Students for Fair Admissions, Inc. v. President and Fellows of Harvard College, No. 15-1823 (1st Cir. 2015)

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Justia Opinion Summary

An organization called Students for Fair Admissions, Inc. (SFFA) brought this lawsuit challenging Harvard College’s consideration of race in its undergraduate admissions decision. An opposing group of current and prospective Harvard students (“Students”) sought to intervene, over both parties’ objection, to advocate for the defeat of SFFA’s claims. The district court denied Students’ motion to intervene. Students appealed. The First Circuit affirmed, holding that the district court did not err in finding that Students failed to show that no existing party would adequately represent Students’ interest and thus that Students’ participation as a party was not needed.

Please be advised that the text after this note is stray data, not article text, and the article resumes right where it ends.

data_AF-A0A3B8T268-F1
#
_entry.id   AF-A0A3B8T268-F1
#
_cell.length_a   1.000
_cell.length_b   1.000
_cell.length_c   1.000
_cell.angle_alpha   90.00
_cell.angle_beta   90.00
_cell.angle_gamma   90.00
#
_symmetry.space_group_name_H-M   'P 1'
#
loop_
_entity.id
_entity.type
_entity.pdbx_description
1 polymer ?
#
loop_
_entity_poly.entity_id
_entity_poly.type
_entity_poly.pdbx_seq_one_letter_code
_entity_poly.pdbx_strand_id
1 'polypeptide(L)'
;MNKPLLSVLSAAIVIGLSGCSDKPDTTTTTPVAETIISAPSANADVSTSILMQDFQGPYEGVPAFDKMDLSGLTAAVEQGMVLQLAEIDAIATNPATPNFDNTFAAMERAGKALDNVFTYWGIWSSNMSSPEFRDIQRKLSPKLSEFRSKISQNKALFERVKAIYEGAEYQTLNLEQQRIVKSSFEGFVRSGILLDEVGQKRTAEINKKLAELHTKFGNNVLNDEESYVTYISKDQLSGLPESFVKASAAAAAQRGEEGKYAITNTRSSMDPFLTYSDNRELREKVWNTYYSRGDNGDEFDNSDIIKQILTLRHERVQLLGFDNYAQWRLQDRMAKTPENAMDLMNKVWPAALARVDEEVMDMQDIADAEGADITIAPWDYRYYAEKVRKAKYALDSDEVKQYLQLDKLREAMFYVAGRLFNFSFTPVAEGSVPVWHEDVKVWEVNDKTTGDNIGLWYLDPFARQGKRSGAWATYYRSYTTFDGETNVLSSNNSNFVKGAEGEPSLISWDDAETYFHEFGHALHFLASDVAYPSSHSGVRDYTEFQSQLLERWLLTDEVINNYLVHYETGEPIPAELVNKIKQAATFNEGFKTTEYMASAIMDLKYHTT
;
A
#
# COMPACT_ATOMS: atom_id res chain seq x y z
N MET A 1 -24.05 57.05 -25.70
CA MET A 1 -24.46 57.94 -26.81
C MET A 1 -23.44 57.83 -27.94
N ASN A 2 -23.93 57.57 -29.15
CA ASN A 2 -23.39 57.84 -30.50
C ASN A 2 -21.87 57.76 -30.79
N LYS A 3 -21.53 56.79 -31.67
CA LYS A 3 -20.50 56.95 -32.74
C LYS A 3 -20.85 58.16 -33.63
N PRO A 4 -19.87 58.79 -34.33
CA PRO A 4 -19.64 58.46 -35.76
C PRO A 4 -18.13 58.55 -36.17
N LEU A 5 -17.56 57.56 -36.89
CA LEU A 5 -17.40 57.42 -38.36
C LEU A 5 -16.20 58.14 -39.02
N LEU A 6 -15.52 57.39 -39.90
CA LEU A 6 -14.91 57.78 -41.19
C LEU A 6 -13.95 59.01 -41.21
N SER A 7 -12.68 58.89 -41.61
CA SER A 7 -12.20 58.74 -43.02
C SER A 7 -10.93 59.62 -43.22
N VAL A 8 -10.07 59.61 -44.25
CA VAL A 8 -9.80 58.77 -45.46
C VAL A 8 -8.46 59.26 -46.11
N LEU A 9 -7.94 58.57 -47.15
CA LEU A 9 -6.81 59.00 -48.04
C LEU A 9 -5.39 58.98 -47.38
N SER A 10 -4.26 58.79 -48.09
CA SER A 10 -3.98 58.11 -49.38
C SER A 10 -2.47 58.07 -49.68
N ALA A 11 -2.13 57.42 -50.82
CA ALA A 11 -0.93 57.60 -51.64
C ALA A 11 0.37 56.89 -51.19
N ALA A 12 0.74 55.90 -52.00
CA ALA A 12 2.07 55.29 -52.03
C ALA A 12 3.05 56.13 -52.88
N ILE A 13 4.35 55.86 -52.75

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United States Court of Appeals For the First Circuit No. 15-1823 STUDENTS FOR FAIR ADMISSIONS, INC., Plaintiff, Appellee, v. PRESIDENT AND FELLOWS OF HARVARD COLLEGE (HARVARD CORPORATION), Defendant, Appellee; SARAH COLE; FADHAL MOORE; ARJINI KUMARI NAWAL; ITZEL VASQUEZRODRIGUEZ; KEYANNA WIGGLESWORTH; M.B.; K.C.; Y.D.; G.E.; A.G.; I.G.; R.H.; J.L.; R.S., Movants, Appellants. APPEAL FROM THE UNITED STATES DISTRICT COURT FOR THE DISTRICT OF MASSACHUSETTS [Hon. Allison D. Burroughs, U.S. District Judge] Before Howard, Chief Judge, Lynch and Kayatta, Circuit Judges. Taylor Owings, with whom Lawrence E. Culleen, Nancy L. Perkins, Steven L. Mayer, Arnold & Porter, LLP, Jon M. Greenbaum, Lawyers' Committee for Civil Rights Under Law, Iván EspinozaMadrigal, and Lawyers' Committee for Civil Rights and Economic Justice, were on brief, for movants-appellants. Seth P. Waxman, with whom Felicia H. Ellsworth, Eric F. Fletcher, Paul R.Q. Wolfson, Daniel Winik, and Wilmer Cutler Pickering Hale and Dorr LLP, were on brief, for defendant-appellee. Patrick Strawbridge, with whom Consovoy McCarthy Park PLLC, Paul M. Sanford, and Burns & Levinson LLP, were on brief, for plaintiff-appellee. December 9, 2015 KAYATTA, Circuit Judge. This appeal arises out of a lawsuit brought by an organization that calls itself Students For Fair Admissions, Inc. ("SFFA") challenging Harvard College's consideration of race in its undergraduate admissions decisions. An opposing group of current and prospective Harvard students ("Students") who claim to be benefited by the school's current practice sought to intervene, over the objection of both parties, in order to advocate "vigorously" for the defeat of SFFA's claims. The district court denied Students' motion to intervene, instead granting Students leave to file amicus briefs. Students for Fair Admissions, Inc. v. President & Fellows of Harvard Coll., 308 F.R.D. 39, 52–53 (D. Mass. 2015). Students now appeal, arguing that the district court either committed an error of law or abused its discretion in denying their motion to intervene. For the following reasons, we affirm the district court's ruling. I. The underlying Background lawsuit in which Students seek to intervene commenced on November 17, 2014, when SFFA filed a complaint with undergraduate the district admissions court policy is alleging that racially and Harvard's ethnically discriminatory, in violation of Title VI of the Civil Rights Act of 1964 and the Equal Protection Clause of the Fourteenth Amendment. Harvard admits, indeed proclaims, that it does consider an applicant's race, among many other factors, in deciding whether - 3 - to admit the applicant. order to increase diversity." Harvard says that it considers race in "student body diversity, including racial It denies that this consideration is unlawful. During the early stages of discovery, Students filed a motion under Federal Rule of Civil Procedure 24(a)(2) and (b), seeking to intervene in permission of the court. this lawsuit either by right or by The district court denied the motion to intervene, holding that although Students' motion was "timely," Students failed to satisfy the remaining requirements of Rule 24(a) and (b). Students do not appeal the denial of their motion for permissive intervention under Rule 24(b). Rather, they focus this appeal on the district court's denial of their motion to intervene by right under Rule 24(a)(2). II. Analysis Federal Rule of Civil Procedure 24(a)(2) states: On timely motion, the court must permit anyone to intervene who . . . claims an interest relating to the property or transaction that is the subject of the action, and is so situated that disposing of the action may as a practical matter impair or impede the movant's ability to protect its interest, unless existing parties adequately represent that interest. Successful intervention by right under this rule requires intervenors to demonstrate that (1) their motion is timely; (2) they have an interest related to the property or transaction that forms the foundation of the ongoing action; - 4 - (3) the disposition of the action threatens to impair or impede their ability to protect their interest; and (4) no existing party adequately represents their interest. 46, 50 (1st Cir. 2011). Ungar v. Arafat, 634 F.3d Failure to satisfy any one of the four requirements defeats intervention by right. Id. at 51. Applying these requirements calls for discretion in making "a series of judgment calls--a balancing of factors that arise in highly idiosyncratic factual settings." Id. While "the district court's discretion [in the context of intervention by right] is somewhat more circumscribed than in the context of intervention generally," Negrón-Almeda v. Santiago, 528 F.3d 15, 22 (1st Cir. 2008), we will only reverse "[i]f the district court either fails to follow the general recipe provided in Rule 24(a)(2) or reaches a plainly incorrect decision." Ungar, 634 F.3d at 51. Rather than reviewing blow-by-blow each challenge to the district court's opinion, we train our analysis on the district court's finding that Students have failed to show that no "existing part[y] adequately represent[s] [Students'] interest." Civ. P. 24(a)(2). recognition that Fed. R. In conducting this analysis, we begin with a Students' burden of establishing inadequate representation "should be treated as minimal" and can be satisfied by showing inadequate." "that representation of [the] interest 'may be' Trbovich v. United Mine Workers of Am., 404 U.S. 528, 538 n.10 (1972) (emphasis added). - 5 - On the other hand, we require putative intervenors to produce "something more than speculation as to the purported inadequacy" of representation. Moosehead Sanitary Dist. v. S.G. Phillips Corp., 610 F.2d 49, 54 (1st Cir. 1979). In trying to sustain even this minimal burden, Students buckle at the outset. chances of critical gaining mass of The interests they claim (increasing their admission students and/or who can being relate educated to "among their a racial identities") lead them to adopt four-square Harvard's goals of "defend[ing] Harvard's right to consider race and [] defeat[ing] SFFA's request for declaratory judgment."1 Given such a congruence in goals, this court presumes adequate representation. B. Fernández & Hnos., Inc. v. Kellogg USA, Inc., 440 F.3d 541, 546 (1st Cir. 2006); Daggett v. Comm'n on Governmental Ethics & Election Practices, 172 F.3d 104, 111 (1st Cir. 1999); Moosehead, 610 F.2d at 54. Adding heft to that presumption in this case are the facts that Harvard has the resources necessary to litigate the case, that it has retained counsel of whom Students offer no criticism, and that it has publicly characterized the lawsuit 1 Because we affirm the district court's denial of Students' motion to intervene based on the fact that Harvard will provide adequate representation, we need not decide whether Students' interests in this case are "significantly protectable." Pub. Serv. Co. of N.H. v. Patch, 136 F.3d 197, 205 (1st Cir. 1998) (quoting Donaldson v. United States, 400 U.S. 517, 531 (1971)). - 6 - through its highest officials as a threat to its "most fundamental values." With that factually reinforced presumption in mind, we next consider Students' specific arguments for why we should nevertheless find as a matter of law that Students raise "sufficient doubt about the adequacy" of Harvard's representation in pursuing the shared goal of preserving Harvard's ability to consider an applicant's race in its admissions decisions. B. Fernández, 440 F.3d at 547 (quoting Trbovich, 404 U.S. at 538). We undertake that consideration "in light of the issues at stake in the particular litigation", Pub. Serv. Co. of N.H. v. Patch, 136 F.3d 197, 208 (1st Cir. 1998), as they reveal themselves based on a "commonsense view of the overall litigation." Id. at 204 (citing United States v. Hooker Chems. & Plastics Corp., 749 F.2d 968, 983 (2d Cir. 1984)). Students point to what they claim is "Harvard's unwillingness to recognize the need for race-conscious admissions policies to balance the adverse effect of other admissions criteria and practices . . . like the legacy policy," referring to Harvard's practice of giving some admissions preference to certain relatives of alumni. Students claim that Harvard will not discuss the effects of those policies, but that they will. To establish that a party's representation of the intervenor's interest will be per se inadequate because the party - 7 - might not make a particular argument, we ask whether pursuit of the shared goal obviously calls for the argument to be made. See Daggett, 172 F.3d at 112; see also Maine v. Dir., U.S. Fish & Wildlife Serv., 262 F.3d 13, 19–20 (1st Cir. 2001). It is by no means obvious to us that the goal of defeating SFFA's claims calls for chronicling and highlighting the manner in which Harvard's other voluntary diversity. against admissions practices supposedly decrease To the contrary, such an undertaking would seem to cut Harvard's essential position that race-conscious admissions practices are necessary to increase diversity. See Fisher v. Univ. of Tex. at Austin, 133 S. Ct. 2411, 2420 (2013) (stating that a university's consideration of an applicant's race is permissible, provided that it is necessary to achieve the educational benefits of diversity). This may well be why the district court reasoned that SFFA was likely to try to show precisely what Students say they would seek to show about the effect of legacy preferences.2 F.R.D. at 51. Students for Fair Admissions, 308 In this respect, Students' intervention in the action would seem more likely to hinder rather than to help the pursuit of the very goal they share with Harvard. In a slightly different variation on this theme, Students argue that they will be more single-mindedly zealous than 2 SFFA's complaint suggests that because Harvard could increase diversity by voluntarily eliminating legacy preferences and policies, race-conscious admissions practices are not necessary. - 8 - Harvard because Harvard's balancing of competing priorities may pose a "settlement risk: if Harvard prioritizes practices, like the legacy policy, that encourage donors and continued financial support of the institution and it perceives them to be at risk in this litigation, then it might modify or abandon its race-conscious policies in order to settle." Exactly how any relief ordered by the court on SFFA's complaint might require Harvard to terminate practices like the legacy policy, Students do not explain. argument also assumes that intervention would somehow Their enable Students to limit Harvard's discretion in deciding whether to settle or fight. assumption. legal basis practices. Yet Students point to no basis for such an To the contrary, Students concede that they lack any for requiring Harvard to maintain its current Therefore, if Students' theory that putting legacy practices under scrutiny during the litigation might cause Harvard to settle were correct, then once again Students would seem to be seeking intervention to do something that would work against the goal they profess to share. Of course, we doubt that Students and their able counsel would really pursue such a counter-productive approach if they believe what they claim about Harvard's relative priorities. Nonetheless, the fact that these arguments are the best that they can offer in trying to say why Harvard will not adequately defend - 9 - the lawsuit suggests quite strongly that Students' participation as a party is not needed to fill in a hole in Harvard's defense. We recognize that our holding is on the surface contrary to a holding reached sixteen years ago by the Sixth Circuit in Grutter v. Bollinger, 188 F.3d 394 (6th Cir. 1999). But see Hopwood v. Texas, 21 F.3d 603, 605–06 (5th Cir. 1994) (per curiam). Grutter, however, seemed to rely on the premise that "evidence of past discrimination by the University itself or of the disparate impact of some current admissions criteria . . . may be important and relevant factors in determining the legality of a raceconscious admissions policy." Grutter, 188 F.3d at 401. Prior and subsequent Supreme Court decisions, however, cast doubt on the relevance of such admissions policy. factors in sustaining a race-conscious See Fisher, 133 S. Ct. at 2421 (stating that the "only interest this Court has approved in" the context of higher education is "the benefits of a student body diversity that 'encompasses a . . . broa[d] array of qualifications and characteristics of which racial or ethnic origin is but a single though important element'") (quoting Regents of Univ. of Cal. v. Bakke, 438 U.S. 265, 315 (1978)). one side evidence any of question past In any event, even putting to concerning discrimination Grutter's might justify suggestion the that indefinite continuation of race-conscious admissions to a student population that rolls over every four years, we still prefer our analysis to - 10 - that offered by the split Grutter circuit court given that, intervention or not, Harvard could decide to settle without Students even being at the table. Nor does our own prior decision in Cotter v. Mass. Ass'n of Minority Law Enforcement Officers, 219 F.3d 31 (1st Cir. 2000), require reversal in this case. Cotter was, by its own terms, virtually sui generis, eschewing a "simple formula" as "difficult, if not impossible, to contrive," id. at 34, and concerning itself "with matters of degree and a particular fact pattern," id. at 37. See Patch, 204 F.3d at 204 ("Because small differences in fact patterns can significantly affect the outcome, the very nature of Rule 24(a)(2) inquiry limits the utility of comparisons between and among published opinions."). The Cotter plaintiffs' claims against the defendant employer actually put at risk the existing jobs of the proposed intervenors and those whom they represented. Id. at 34–35. opposed Unlike Harvard, the defendant in Cotter neither intervention nor professed to be adequately represent intervenors' interests. in a position Id. at 33. to Most importantly, the intervenors in Cotter proposed to argue that the defendant was "in violation of law," id. at 36, and that the practices challenged in the lawsuit were defensible as a remedy for past unlawful discrimination, id. at 35, which is precisely the type of legal argument Students acknowledge their advocacy will lack because it has no toehold in this case. - 11 - All in all, Cotter left ample room for the district court's ruling in this materially different litigation. We have also considered Students' argument that their inability to keep Harvard from settling does not per se defeat their motion to intervene by right, citing Conservation Law Foundation of New England, Inc. v. Franklin, 989 F.2d 54, 59 (1st Cir. 1993). In that case, though, we merely said that the fact that a party was allowed to intervene did not mean that it would later necessarily have standing to oppose entry of a consent decree. Id. Here, we simply hold that, when a party cites a fear of settlement as a reason to intervene, it is not an abuse of discretion to find that reason insufficient if the intervention will not reduce the likelihood of settlement, much less if intervention might increase the likelihood. III. Conclusion For the reasons set forth above, we can find no reason to criticize the district court's thoughtful and carefully considered disposition of Students' motion, and we are confident that Students will find that amicus briefs will provide them with a fair opportunity to voice their views concerning the issues posed by the litigation.3 Therefore, we affirm. 3 In granting Students leave to participate as amici curiae, the district court permitted them to do the following: 1) "submit a brief or memorandum of law not to exceed 30 pages, exclusive of exhibits, on any dispositive motion in this case"; 2) "participate in oral argument on any dispositive motion"; and 3) "submit - 12 - personal declarations or affidavits in support of their memorandum of law, which may be accorded evidentiary weight if otherwise proper." Students for Fair Admissions, 308 F.R.D. at 53. - 13 -